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Business Inclusion & Advancement

Posted on: July 16, 2020

City Schedules Trial of In-Street Dining for Downtown Restaurants July 25

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NEWS RELEASE
Business Inclusion & Advancement
July 16, 2020 

The city and the Downtown Winston-Salem Partnership are scheduled to test on July 25 a proposal to close portions of downtown streets on weekend nights to allow restaurants to set up tables in the street and serve more patrons within the restrictions of the state’s Phase 2 protocols.

For the test, Fourth Street will be closed between Marshall and Liberty Streets from 4 to 11 p.m. The sidewalks will be closed and a ten-foot-wide path down the middle of the street will be set up for pedestrians, said Ken Millett, the city’s director of business inclusion and advancement. Cherry Street, which crosses the closed area, will remain open to traffic. 

“We’ll be looking to see not only if it was of a benefit to the restaurants, but also its effect on other downtown stakeholders, including businesses, residents and people travelling through downtown,” Millett said.

The Downtown Winston-Salem Partnership will be responsible for setting up the closure, for notifying downtown businesses and residents of the street closure, for providing private staffing to ensure social distancing and for providing off-duty police officers to ensure safety.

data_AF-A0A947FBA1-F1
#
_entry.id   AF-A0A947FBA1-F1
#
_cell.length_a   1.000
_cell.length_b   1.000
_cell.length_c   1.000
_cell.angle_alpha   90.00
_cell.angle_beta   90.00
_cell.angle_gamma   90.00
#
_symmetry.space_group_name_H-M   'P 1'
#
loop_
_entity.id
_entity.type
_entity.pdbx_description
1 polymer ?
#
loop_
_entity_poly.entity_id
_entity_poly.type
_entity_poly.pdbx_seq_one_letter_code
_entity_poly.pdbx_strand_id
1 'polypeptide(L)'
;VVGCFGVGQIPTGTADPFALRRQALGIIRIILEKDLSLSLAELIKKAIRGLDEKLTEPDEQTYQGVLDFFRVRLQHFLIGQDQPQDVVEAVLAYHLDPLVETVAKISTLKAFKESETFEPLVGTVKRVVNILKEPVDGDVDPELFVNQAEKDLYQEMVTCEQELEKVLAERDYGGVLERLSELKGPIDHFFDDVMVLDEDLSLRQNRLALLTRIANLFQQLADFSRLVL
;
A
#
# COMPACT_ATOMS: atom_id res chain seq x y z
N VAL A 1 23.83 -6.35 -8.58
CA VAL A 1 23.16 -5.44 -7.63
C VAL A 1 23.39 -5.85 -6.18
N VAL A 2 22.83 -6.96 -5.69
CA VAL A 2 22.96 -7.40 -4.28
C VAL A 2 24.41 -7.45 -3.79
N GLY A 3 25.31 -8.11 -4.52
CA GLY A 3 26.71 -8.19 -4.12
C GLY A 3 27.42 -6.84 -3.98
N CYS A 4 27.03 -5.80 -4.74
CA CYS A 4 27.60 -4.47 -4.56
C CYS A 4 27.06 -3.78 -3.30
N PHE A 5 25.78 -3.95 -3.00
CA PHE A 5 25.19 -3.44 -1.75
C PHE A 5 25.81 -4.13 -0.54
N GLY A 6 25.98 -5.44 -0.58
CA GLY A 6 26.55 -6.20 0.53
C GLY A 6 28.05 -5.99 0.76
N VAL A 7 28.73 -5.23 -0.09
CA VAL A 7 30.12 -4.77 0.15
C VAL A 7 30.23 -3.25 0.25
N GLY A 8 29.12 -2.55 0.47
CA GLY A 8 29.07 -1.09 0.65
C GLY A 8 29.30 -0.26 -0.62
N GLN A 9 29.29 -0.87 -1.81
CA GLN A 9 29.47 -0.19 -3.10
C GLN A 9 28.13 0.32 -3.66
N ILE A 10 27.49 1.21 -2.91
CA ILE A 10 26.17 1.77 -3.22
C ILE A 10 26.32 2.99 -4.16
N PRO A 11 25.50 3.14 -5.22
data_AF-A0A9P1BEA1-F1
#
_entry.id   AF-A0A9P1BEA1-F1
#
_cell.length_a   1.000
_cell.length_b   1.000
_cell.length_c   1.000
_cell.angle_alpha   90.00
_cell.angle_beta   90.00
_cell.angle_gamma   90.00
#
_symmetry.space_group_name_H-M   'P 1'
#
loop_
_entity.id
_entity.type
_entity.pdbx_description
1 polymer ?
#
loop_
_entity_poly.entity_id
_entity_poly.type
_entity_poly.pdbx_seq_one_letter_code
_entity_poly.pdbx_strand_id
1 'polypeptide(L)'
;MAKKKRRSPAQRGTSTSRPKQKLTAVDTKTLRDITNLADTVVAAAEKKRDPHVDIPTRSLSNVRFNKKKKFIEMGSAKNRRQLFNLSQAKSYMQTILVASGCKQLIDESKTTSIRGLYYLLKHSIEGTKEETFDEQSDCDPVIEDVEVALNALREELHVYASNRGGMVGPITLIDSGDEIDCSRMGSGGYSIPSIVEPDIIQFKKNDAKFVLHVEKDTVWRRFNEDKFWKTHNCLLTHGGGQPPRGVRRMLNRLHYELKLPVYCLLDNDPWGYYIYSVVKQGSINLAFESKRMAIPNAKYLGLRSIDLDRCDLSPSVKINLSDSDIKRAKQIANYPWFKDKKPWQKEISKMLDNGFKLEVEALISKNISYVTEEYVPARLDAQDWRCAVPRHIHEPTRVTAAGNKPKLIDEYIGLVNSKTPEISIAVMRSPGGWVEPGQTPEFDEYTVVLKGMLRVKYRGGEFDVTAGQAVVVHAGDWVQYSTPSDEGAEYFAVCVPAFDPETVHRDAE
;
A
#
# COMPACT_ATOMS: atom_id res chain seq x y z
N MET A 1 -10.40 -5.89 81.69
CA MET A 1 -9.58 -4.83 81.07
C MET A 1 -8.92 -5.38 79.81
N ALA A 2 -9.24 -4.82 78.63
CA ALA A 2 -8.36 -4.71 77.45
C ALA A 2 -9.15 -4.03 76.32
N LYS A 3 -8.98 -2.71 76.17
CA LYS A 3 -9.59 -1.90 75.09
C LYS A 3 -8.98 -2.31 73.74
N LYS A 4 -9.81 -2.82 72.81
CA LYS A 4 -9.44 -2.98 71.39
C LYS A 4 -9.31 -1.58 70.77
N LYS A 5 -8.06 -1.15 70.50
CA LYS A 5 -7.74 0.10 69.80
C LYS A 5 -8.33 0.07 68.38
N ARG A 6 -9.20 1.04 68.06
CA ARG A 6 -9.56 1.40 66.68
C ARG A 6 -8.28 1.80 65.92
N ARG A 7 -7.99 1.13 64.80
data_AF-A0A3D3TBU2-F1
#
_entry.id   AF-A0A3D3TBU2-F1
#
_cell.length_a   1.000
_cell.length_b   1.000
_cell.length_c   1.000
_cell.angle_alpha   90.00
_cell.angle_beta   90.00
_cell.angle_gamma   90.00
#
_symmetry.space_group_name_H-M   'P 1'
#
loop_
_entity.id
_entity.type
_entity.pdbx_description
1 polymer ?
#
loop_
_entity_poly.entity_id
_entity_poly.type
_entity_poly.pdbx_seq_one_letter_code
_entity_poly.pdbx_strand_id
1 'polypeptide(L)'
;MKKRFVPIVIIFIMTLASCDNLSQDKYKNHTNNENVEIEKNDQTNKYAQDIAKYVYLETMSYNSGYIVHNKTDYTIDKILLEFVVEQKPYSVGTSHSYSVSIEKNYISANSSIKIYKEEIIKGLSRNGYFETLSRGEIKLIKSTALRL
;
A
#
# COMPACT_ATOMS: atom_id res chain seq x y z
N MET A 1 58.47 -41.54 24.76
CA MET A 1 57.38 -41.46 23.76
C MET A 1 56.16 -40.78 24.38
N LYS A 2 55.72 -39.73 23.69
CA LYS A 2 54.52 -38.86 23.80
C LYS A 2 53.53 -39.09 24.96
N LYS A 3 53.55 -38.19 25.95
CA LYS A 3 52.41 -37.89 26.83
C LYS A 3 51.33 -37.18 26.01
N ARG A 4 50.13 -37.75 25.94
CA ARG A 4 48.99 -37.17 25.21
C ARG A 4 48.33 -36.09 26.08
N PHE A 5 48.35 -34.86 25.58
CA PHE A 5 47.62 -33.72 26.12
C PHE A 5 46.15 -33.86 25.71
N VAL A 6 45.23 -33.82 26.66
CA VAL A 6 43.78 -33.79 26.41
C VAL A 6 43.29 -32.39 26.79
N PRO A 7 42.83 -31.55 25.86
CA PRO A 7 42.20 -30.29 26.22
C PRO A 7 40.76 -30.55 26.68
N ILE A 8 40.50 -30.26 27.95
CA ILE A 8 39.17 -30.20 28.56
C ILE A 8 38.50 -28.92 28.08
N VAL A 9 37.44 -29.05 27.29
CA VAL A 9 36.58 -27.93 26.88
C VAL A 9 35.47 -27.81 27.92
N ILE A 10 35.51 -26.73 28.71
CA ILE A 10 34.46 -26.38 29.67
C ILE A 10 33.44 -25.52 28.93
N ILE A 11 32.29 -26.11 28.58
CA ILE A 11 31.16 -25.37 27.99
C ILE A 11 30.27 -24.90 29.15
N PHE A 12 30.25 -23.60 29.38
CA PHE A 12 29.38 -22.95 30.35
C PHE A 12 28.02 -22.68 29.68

Restaurants located in the test area that want to participate in the trial will have to add the city under their liability insurance. Restaurants that serve alcohol will also have to add the city under their liquor liability insurance. Copies of the amended insurance certificates will be due to the city by July 22.

Patrons will be allowed to consume beer, wine and mixed drinks only at their tables. They may not carry alcoholic drinks from one restaurant or business to another. Patrons will be required to wear masks to and from their tables. Once seated they may remove their masks.

If the test is deemed successful, the city and the partnership hope to implement the closure on additional weekends, Millett said. The city would also consider closing other downtown blocks on a case-by-case basis.

“Before we can approve other locations, we have to look at the width of the street, how a closure would affect traffic flow, the impact on surrounding residents and businesses and the level of support from restaurants in the area,” Millett said. “There may be restaurants that are only offering to-go service or curbside delivery, and closing their block may negatively affect their business. So there are lot of factors to consider.

“But if this test is successful and it is feasible to expand the program to additional downtown blocks, we’re open to the idea. We are all in this together and want to do what we can to help our downtown restaurants.”

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